The purine analogues abacavir and didanosine increase acetaminophen-induced hepatotoxicity by enhancing mitochondrial dysfunction
Scholar | Otros documentos del autor: Blas García, Ana; Martí Rodrigo, Alberto; Víctor, Víctor M.; Polo, Míriam; Alegre, Fernando; Funes, Haryes A.; Apostolova, Nadezda; Esplugues Mota, Juan V.
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TítuloThe purine analogues abacavir and didanosine increase acetaminophen-induced hepatotoxicity by enhancing mitochondrial dysfunction
Fecha de publicación2016-01-07
Versión del editorhttp://jac.oxfordjournals.org/content/71/4/916.full
EditorOxford University Press
Background NRTIs are essential components of HIV therapy with well-documented, long-term mitochondrial toxicity in hepatic cells, but whose acute effects on mitochondria are unclear. As acetaminophen-induced hepatot ... [+]
Background NRTIs are essential components of HIV therapy with well-documented, long-term mitochondrial toxicity in hepatic cells, but whose acute effects on mitochondria are unclear. As acetaminophen-induced hepatotoxicity also involves mitochondrial interference, we hypothesized that it would be exacerbated in the context of ART. Methods We evaluated the acute effects of clinically relevant concentrations of the most widely used NRTIs, alone or combined with acetaminophen, on mitochondrial function and cellular viability. Results The purine analogues abacavir and didanosine produced an immediate and concentration-dependent inhibition of oxygen consumption and complex I and III activity. This inhibition was accompanied by an undermining of mitochondrial function, with increased production of reactive oxygen species and reduction of mitochondrial membrane potential and intracellular ATP levels. However, this interference did not compromise cell survival. Co-administration with concentrations of acetaminophen below those considered hepatotoxic exacerbated the deleterious effects of both compounds on mitochondrial function and compromised cellular viability, showing a clear correlation with diminished glutathione levels. Conclusions The simultaneous presence of purine analogues and low concentrations of acetaminophen significantly potentiates mitochondrial dysfunction, increasing the risk of liver injury. This new mechanism is relevant given the liver's susceptibility to mitochondrial dysfunction-related toxicity and the tendency of the HIV infection to increase oxidative stress. [-]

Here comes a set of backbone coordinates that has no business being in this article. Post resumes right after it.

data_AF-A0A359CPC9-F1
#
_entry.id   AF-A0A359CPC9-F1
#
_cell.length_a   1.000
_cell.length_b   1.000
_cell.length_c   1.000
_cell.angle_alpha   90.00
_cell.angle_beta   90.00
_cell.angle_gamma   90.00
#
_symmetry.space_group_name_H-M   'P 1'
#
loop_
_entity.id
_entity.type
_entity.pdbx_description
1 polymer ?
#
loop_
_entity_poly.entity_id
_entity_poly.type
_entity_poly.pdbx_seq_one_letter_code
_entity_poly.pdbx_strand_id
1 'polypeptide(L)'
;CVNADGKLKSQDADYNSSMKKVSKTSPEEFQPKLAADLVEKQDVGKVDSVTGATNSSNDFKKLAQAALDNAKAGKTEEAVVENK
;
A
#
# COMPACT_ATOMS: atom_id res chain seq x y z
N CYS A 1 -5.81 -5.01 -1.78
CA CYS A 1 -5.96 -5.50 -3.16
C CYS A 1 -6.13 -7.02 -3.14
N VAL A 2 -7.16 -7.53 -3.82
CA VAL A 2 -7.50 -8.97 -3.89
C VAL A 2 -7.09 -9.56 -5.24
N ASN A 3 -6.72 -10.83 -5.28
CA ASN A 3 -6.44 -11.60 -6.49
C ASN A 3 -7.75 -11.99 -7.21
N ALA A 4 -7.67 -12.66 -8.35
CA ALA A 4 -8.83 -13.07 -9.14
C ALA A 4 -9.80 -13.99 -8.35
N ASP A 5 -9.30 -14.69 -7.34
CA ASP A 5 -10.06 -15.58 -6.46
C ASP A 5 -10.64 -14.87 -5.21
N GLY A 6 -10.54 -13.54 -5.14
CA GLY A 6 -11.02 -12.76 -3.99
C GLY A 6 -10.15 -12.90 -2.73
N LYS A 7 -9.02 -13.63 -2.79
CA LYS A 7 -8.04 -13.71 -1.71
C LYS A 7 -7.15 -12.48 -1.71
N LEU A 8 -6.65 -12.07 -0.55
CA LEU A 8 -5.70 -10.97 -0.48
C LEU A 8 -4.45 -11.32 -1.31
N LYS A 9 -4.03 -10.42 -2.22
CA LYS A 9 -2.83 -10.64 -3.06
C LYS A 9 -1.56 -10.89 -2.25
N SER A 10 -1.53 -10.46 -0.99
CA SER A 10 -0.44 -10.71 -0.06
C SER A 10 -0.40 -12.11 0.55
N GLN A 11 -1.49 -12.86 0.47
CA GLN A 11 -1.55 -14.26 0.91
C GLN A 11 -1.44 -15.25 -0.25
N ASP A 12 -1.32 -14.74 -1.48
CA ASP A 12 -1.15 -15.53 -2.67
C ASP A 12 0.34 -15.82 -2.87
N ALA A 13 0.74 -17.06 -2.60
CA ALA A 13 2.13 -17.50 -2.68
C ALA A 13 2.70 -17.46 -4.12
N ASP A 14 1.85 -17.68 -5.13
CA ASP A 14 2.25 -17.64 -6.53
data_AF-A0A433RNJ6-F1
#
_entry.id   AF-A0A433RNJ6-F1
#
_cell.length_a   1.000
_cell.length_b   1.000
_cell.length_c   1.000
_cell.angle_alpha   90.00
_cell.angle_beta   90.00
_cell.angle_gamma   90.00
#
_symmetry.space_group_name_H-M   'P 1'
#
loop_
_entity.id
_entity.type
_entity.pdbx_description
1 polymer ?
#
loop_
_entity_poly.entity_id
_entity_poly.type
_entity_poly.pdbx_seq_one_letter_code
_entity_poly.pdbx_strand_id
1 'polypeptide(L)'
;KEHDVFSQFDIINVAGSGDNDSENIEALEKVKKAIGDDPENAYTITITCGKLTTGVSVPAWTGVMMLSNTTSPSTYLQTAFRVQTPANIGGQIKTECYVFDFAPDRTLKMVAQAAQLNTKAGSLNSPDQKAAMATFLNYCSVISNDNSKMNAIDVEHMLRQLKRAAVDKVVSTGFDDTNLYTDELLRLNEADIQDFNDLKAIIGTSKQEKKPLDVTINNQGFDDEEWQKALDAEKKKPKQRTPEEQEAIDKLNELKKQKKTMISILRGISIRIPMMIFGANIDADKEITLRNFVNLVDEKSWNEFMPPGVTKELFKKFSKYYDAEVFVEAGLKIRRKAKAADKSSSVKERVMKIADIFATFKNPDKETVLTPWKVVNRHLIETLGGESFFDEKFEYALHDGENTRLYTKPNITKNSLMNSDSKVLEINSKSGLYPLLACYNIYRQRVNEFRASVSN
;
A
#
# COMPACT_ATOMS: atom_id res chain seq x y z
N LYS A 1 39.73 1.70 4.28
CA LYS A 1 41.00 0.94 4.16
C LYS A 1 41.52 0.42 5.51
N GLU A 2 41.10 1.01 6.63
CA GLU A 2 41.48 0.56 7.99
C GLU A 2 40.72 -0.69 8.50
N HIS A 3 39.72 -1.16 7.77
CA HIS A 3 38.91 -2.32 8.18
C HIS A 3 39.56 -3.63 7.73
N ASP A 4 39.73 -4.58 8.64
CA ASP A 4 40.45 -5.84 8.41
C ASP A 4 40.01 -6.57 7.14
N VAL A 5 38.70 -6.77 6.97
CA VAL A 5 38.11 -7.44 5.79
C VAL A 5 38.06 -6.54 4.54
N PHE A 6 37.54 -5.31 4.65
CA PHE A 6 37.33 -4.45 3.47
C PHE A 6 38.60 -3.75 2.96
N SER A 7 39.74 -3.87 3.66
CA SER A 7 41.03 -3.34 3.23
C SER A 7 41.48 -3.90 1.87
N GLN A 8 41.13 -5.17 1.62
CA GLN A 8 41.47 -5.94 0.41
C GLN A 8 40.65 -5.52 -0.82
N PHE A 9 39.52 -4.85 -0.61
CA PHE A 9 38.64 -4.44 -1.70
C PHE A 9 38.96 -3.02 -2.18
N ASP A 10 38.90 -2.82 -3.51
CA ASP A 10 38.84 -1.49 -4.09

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Cita bibliográficaBLAS-GARCÍA, Ana, et al. The purine analogues abacavir and didanosine increase acetaminophen-induced hepatotoxicity by enhancing mitochondrial dysfunction. Journal of Antimicrobial Chemotherapy, 2016, vol. 71, no 4, p. 916-926
Tipo de documentoinfo:eu-repo/semantics/article
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© The Author 2016. Published by Oxford University Press on behalf of the British Society for Antimicrobial Chemotherapy. All rights reserved.
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